Why a high school student should study Chinese?
I know that China has a long, interesting history, I know Chinese culture is refined, and I know that China is getting more powerful by the day, but these are often of no interest to high school students. I'm looking for some reasons to study Chinese that are "cool" and "current," i.e. something that a typical kid might related too. Anybody have any ideas?
darkstar94July 31, 2013, 09:31 PM
Yeah this has been a big problem with promoting Chinese language to younger people. The only things I can think of that gives China those kinds of elements is martial art movies and the fact that Chinese characters look "cool". I'm sure China will produce some more things that will give it that cool factor, but that could be a while.
KethAugust 02, 2013, 09:11 PM
I personally don’t think looking for something ”cool” about Chinese is necessarily going to solve your problem. For a start Teachers are never “cool” to their students so what you perceive as “cool” will not seem “cool” to them.
I would suggest you follow this strategy
1. Know what you are going to teach. I mean here you have to be clear about the topic you are going to teach in great detail. It is one thing to have a degree in a subject but it is quite another to try and teach it to teenagers. You suddenly discover whole areas that confuse your students , but that you understood instinctively, so you have never really given any thought as to why it is the way it is.
2. Know who you are going to teach it to. Your students will all have different strengths and different learning styles. You need to know as much about each one as possible. With some classes you can talk a little longer ,but with other classes you need to keep the explanation short and let them learn by doing it.
3. Then teach ‘em it. Each lesson on a board at the front tell them
a.This is what we are going to learn today.
b.At the end of the class you will be expected to be able to do this…and this…and this..
Time your lesson out .
B main point of the lesson
C plenary before they leave your class.( Studies show that students can only remember the last 5 mins of your lesson. Make sure you spend it telling them again what it is you are teaching.
1.Praise them whenever they do something right. It is true that it is the Teachers job to point out their mistakes, however most Teachers spend 90% of their time being negative. Look for things that they do that you can say something positive about.
2. If they cannot grasp the topic you are teaching them, then don’t just plough on regardless. Better to stop and say “You still have not understood this correctly , but we are going to stop now and return to it again in another class.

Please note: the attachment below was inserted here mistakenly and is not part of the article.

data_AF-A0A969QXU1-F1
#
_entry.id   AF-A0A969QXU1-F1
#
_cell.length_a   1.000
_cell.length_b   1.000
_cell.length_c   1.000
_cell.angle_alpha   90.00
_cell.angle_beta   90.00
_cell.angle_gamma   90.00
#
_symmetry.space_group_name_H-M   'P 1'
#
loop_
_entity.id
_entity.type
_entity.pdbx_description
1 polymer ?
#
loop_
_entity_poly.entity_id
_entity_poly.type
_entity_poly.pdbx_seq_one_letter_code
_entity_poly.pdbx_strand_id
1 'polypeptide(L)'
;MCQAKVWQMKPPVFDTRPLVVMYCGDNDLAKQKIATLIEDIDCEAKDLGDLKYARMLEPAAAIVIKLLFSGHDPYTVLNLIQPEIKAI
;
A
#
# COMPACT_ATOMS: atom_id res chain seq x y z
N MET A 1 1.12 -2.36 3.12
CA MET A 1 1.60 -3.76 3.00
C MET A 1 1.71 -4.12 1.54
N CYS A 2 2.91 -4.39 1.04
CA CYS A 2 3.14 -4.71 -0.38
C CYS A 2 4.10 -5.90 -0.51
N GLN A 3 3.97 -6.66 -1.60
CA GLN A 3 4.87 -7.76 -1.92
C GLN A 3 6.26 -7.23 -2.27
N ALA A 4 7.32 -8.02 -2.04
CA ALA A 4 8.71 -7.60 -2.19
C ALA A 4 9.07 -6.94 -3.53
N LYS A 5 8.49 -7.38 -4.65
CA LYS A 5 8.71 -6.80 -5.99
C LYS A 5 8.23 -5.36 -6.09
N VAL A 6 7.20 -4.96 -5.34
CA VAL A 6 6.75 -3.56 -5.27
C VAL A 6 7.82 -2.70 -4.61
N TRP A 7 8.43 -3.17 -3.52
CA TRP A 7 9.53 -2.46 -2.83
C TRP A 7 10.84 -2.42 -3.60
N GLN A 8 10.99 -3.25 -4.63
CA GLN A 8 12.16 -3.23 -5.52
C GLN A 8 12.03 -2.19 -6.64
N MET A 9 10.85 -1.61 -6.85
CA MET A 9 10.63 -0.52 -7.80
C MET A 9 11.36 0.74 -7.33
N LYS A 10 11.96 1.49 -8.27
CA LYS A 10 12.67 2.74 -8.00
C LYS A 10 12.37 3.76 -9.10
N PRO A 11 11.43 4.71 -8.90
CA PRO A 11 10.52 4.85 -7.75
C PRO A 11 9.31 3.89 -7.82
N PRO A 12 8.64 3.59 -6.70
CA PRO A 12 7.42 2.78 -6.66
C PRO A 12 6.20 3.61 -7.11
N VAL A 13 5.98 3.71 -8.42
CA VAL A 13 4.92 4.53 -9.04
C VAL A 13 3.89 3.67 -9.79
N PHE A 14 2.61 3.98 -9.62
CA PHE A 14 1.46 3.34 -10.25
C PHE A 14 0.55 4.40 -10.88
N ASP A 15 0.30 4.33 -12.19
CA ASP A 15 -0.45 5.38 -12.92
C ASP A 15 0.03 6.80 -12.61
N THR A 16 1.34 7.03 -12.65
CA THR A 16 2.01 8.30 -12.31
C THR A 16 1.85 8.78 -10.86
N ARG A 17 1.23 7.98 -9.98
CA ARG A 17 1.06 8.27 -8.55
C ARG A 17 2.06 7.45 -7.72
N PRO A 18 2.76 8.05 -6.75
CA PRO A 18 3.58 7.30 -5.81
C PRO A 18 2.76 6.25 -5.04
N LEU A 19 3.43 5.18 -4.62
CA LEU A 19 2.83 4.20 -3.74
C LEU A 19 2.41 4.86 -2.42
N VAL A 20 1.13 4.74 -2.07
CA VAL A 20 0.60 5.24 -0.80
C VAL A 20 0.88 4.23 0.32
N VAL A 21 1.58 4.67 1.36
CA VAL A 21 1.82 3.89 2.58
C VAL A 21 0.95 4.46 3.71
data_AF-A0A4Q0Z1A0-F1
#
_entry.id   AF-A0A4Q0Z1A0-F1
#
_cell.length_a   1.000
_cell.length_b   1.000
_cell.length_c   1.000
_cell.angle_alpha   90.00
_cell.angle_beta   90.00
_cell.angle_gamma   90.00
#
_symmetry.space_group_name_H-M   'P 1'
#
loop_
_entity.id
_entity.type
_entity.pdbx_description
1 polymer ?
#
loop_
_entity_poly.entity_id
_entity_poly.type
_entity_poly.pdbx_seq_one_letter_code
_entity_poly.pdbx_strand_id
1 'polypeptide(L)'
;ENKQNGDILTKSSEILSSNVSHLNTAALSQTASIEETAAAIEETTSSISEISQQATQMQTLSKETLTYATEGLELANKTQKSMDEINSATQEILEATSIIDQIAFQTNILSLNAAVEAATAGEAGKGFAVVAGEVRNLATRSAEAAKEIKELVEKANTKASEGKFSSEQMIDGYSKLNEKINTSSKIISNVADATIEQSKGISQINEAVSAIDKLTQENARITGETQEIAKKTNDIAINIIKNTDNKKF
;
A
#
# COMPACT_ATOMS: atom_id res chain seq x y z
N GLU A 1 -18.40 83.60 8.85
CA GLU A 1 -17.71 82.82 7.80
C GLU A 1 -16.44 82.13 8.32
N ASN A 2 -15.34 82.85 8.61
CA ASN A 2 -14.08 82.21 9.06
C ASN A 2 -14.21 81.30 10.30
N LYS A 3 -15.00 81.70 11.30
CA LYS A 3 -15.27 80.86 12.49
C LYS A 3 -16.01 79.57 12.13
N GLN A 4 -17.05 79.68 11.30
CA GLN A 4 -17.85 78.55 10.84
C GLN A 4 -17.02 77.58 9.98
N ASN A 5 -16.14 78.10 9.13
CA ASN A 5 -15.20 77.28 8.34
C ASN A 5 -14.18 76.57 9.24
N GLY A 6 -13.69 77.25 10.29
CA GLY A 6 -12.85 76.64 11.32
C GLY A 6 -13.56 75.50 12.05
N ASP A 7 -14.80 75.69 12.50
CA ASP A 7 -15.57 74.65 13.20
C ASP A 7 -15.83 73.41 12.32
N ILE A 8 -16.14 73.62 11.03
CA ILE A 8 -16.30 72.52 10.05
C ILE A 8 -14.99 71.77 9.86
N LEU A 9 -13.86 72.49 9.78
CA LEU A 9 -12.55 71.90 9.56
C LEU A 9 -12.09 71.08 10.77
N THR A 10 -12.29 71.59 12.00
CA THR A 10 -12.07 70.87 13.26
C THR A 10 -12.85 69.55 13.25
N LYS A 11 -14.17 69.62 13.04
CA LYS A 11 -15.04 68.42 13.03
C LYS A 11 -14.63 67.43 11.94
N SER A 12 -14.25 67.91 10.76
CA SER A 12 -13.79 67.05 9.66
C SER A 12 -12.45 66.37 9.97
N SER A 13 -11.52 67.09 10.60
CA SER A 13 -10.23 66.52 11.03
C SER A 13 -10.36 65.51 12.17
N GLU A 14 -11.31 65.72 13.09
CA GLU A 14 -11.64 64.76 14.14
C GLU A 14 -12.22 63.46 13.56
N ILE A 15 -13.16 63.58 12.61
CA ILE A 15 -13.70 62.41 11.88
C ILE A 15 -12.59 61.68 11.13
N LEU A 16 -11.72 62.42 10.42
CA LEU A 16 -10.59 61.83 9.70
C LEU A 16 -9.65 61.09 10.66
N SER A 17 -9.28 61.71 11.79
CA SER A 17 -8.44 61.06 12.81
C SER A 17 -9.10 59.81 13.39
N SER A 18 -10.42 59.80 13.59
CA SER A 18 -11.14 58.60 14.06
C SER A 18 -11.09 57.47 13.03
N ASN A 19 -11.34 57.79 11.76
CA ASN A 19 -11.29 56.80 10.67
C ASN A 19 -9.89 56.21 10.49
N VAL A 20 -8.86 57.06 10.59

This way they know they are not getting it correct. You have more time and can re think how to teach it more effectively.
3. When you are under pressure in class always be fair. Always remember there is nothing students resent more than an injustice.
So don’t worry about being “cool” worry about being an efficient teacher, and an effective communicator .
Good luck! The first 5 years are the worst.
Thanks, I agree with much of what you say here.
A big thing that is stressed in education these days is to make the material relevant to the learner's life. While some middle school students are interested in China for its history, culture, and growing economy, others just think those reasons are lame, have no relationship with their lives at all. Along with the traditional reasons I just mentioned, I want to portray China as a dynamic country that has a lot to offer kids that are interested in the here and now.
adam_p_laxAugust 02, 2013, 09:36 PM
Maybe you could think about Chinese content that connects to students' interests like relationships, technology (computers, cell phones), sports and celebrities.
well may be you could use some of the chinesepod dialogues related to those tops in your class? or get them to talk about their favorite celebrity in Chinese? thats as concrete as I can come up with.
markAugust 03, 2013, 03:53 AM
Probably, what's cool for a highschool student is dictated by social pressures, as much as anything. So, find some other highschool age people that are interested in Chinese for your child to hang out with. Failing that, learning Chinese opens a world that is as strange and rich as any fantasy writer can come up with. We really aren't taught much about Chinese history or culture. It could be a "strange new world" for Captain Kirk to beam down to, for as much as the general Western public knows about it.
Oh, yeah, and it is a real place that you can actually go to.
Actually, I find that kids are taught a lot about Chinese history these days. I have been teaching it myself. I still think that there is stuff out there that young kids can get into that aren't in the history books and aren't meant to make a big deal about cultural differences. From living in China, I know it's out there. I just don't know anything about it.
KethAugust 03, 2013, 05:45 AM
In San Francisco there is a Chinese Teacher called Shaz Lawrence and she has this web site with lots of interesting resources and teaching ideas for Chinese. She is very good and into teaching using Ipads ,video in class .I think she is very innovative and progressive.
In England there is an organisation called Dragons in Europe run by Marcus Roach
They have produced lots of material for both Primary school and Secondary school. Some is free and some you have to buy.
tysondAugust 03, 2013, 06:24 AM
My friends and I studied Chinese at highschool in the 1980s.
Frankly, back then, few of us had any interest in China or Chinese. The teachers showed us films from China, brought a Beijing opera troupe to perform at our school, told us many many stories from Chinese history and culture. They organized a yearly trip to China for the later year students, but you had to study for six years before you could go. When I think back now I think it was a great program and they really did a lot of things to try help us understand the culture, but kids are kids.